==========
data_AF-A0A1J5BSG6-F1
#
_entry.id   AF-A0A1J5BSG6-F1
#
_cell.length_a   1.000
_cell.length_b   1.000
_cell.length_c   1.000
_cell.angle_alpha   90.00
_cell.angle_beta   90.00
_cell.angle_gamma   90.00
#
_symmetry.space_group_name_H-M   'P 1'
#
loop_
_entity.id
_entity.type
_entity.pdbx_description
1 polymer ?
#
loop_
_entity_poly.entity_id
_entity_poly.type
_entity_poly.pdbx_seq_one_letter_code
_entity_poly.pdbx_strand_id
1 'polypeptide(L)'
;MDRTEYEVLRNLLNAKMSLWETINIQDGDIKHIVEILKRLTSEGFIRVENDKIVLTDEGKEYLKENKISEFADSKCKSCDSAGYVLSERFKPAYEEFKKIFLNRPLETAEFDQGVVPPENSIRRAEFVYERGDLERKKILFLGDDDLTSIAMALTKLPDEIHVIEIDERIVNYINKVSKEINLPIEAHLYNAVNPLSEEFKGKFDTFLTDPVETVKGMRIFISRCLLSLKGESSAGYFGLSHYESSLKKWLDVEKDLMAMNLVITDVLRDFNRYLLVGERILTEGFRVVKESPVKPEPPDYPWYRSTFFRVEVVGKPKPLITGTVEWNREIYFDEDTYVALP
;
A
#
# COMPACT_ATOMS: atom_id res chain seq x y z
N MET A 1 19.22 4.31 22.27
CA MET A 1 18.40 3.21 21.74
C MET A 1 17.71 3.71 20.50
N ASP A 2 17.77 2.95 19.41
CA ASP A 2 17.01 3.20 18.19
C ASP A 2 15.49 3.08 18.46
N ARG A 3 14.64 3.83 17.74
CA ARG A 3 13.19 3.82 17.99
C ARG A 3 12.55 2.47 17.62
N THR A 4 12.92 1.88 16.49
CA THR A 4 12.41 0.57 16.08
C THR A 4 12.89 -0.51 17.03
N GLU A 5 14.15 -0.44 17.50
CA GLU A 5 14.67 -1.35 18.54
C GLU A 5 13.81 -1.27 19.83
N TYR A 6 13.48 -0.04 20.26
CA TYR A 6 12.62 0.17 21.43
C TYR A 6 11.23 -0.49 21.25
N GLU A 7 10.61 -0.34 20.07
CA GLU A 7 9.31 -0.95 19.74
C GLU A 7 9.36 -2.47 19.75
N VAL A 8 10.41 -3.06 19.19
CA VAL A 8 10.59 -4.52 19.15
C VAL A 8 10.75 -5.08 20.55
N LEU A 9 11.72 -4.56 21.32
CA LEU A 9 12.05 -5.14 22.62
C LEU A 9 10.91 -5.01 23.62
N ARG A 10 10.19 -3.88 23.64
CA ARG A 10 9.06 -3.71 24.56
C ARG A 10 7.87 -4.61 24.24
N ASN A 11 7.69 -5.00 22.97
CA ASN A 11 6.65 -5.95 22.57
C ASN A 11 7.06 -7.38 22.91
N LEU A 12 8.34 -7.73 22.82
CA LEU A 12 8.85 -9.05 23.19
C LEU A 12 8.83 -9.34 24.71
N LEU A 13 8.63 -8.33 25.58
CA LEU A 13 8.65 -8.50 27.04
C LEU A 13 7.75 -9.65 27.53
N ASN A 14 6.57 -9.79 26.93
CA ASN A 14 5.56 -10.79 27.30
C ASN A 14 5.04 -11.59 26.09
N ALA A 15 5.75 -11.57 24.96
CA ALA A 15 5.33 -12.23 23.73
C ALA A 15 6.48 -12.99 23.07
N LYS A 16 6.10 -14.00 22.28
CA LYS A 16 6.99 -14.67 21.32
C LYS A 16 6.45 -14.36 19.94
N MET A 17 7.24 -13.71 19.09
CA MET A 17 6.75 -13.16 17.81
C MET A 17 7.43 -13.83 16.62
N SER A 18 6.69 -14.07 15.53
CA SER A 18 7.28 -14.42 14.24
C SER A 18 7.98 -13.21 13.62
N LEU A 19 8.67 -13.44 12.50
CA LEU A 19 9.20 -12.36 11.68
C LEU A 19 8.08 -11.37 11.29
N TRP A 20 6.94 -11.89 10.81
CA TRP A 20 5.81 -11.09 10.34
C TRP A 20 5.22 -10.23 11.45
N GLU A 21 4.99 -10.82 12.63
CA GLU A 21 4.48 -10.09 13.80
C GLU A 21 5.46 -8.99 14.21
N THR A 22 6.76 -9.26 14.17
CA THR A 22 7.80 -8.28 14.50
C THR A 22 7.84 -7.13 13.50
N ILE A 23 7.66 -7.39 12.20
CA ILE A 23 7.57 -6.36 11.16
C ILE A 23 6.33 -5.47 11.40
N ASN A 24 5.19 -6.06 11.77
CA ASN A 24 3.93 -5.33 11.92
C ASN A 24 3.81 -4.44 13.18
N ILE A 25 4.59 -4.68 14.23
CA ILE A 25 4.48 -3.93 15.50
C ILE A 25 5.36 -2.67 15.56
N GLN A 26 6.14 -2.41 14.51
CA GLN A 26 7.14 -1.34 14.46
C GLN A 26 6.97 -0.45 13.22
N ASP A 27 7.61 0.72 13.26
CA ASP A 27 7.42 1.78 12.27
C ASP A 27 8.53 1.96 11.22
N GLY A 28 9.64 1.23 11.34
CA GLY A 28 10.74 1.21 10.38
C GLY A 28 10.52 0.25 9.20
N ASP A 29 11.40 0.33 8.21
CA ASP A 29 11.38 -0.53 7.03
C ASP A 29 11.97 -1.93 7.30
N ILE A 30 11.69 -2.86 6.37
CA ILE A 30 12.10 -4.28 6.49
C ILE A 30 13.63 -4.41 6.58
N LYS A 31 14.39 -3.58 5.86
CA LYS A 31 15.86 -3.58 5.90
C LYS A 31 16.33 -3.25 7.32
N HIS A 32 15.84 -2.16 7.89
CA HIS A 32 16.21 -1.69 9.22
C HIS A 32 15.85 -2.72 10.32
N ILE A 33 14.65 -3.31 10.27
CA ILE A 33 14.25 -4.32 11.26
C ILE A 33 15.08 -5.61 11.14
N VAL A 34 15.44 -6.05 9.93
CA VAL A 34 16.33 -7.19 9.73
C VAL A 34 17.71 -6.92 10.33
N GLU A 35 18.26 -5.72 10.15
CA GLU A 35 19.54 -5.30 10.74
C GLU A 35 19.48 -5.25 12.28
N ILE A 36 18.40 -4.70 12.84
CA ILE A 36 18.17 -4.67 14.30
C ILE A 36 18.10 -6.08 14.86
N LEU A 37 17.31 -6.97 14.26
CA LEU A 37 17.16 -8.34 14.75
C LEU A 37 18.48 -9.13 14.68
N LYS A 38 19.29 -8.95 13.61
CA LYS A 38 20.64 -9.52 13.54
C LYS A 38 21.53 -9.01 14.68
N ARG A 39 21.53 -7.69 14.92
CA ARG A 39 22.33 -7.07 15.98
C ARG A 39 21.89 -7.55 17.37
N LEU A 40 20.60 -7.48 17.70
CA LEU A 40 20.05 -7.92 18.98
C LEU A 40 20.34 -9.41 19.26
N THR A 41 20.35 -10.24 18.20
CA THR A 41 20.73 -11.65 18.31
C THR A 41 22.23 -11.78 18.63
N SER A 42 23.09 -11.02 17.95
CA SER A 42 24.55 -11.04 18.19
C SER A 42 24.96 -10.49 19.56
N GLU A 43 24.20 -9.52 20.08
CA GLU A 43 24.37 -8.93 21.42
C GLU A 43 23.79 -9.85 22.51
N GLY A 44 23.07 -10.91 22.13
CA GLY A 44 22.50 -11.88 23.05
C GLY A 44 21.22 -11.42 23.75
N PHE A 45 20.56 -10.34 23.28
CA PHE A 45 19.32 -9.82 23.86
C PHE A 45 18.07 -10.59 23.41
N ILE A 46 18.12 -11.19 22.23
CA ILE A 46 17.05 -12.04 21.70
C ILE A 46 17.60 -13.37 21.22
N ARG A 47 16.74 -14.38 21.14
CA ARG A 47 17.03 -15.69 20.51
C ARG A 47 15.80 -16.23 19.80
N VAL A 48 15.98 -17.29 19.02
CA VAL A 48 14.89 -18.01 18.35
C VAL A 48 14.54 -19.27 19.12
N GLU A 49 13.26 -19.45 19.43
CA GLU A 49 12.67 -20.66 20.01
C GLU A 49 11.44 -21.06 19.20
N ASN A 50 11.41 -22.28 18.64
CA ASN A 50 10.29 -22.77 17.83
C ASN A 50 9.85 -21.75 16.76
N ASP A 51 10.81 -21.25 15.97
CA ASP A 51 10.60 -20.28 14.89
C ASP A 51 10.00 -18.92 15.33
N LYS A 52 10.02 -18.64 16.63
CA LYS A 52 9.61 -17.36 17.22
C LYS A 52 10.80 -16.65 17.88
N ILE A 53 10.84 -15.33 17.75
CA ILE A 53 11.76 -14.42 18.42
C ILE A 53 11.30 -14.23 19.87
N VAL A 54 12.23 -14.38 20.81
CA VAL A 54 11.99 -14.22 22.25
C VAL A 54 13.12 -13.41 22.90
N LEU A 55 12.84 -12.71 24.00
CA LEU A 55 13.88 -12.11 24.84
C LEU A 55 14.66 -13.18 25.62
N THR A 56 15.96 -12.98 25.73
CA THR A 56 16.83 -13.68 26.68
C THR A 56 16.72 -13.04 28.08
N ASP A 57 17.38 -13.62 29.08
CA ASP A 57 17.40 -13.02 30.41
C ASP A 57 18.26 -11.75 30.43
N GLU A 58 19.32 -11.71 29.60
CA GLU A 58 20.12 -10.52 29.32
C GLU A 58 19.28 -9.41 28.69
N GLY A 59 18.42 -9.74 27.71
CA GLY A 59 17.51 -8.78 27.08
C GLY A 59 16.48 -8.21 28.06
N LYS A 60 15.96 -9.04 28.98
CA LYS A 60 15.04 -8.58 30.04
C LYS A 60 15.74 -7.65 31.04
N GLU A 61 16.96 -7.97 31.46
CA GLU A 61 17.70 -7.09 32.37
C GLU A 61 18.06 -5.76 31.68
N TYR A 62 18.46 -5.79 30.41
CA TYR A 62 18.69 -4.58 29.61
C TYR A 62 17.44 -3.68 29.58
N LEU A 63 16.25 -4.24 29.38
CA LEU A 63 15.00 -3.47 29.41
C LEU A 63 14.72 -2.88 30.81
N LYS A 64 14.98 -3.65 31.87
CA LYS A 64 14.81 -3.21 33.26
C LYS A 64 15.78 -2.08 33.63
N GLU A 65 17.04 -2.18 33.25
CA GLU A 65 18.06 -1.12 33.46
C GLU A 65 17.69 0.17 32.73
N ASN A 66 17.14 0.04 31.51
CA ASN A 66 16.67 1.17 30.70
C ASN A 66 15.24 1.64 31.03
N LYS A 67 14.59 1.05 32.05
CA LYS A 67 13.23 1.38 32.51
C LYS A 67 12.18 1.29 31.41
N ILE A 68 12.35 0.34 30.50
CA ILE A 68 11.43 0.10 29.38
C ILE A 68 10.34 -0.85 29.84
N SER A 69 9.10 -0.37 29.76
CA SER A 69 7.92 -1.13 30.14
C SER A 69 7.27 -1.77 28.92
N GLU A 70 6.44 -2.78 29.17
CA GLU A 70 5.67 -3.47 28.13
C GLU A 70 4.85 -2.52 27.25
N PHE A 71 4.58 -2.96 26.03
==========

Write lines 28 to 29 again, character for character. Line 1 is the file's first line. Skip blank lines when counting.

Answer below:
A
#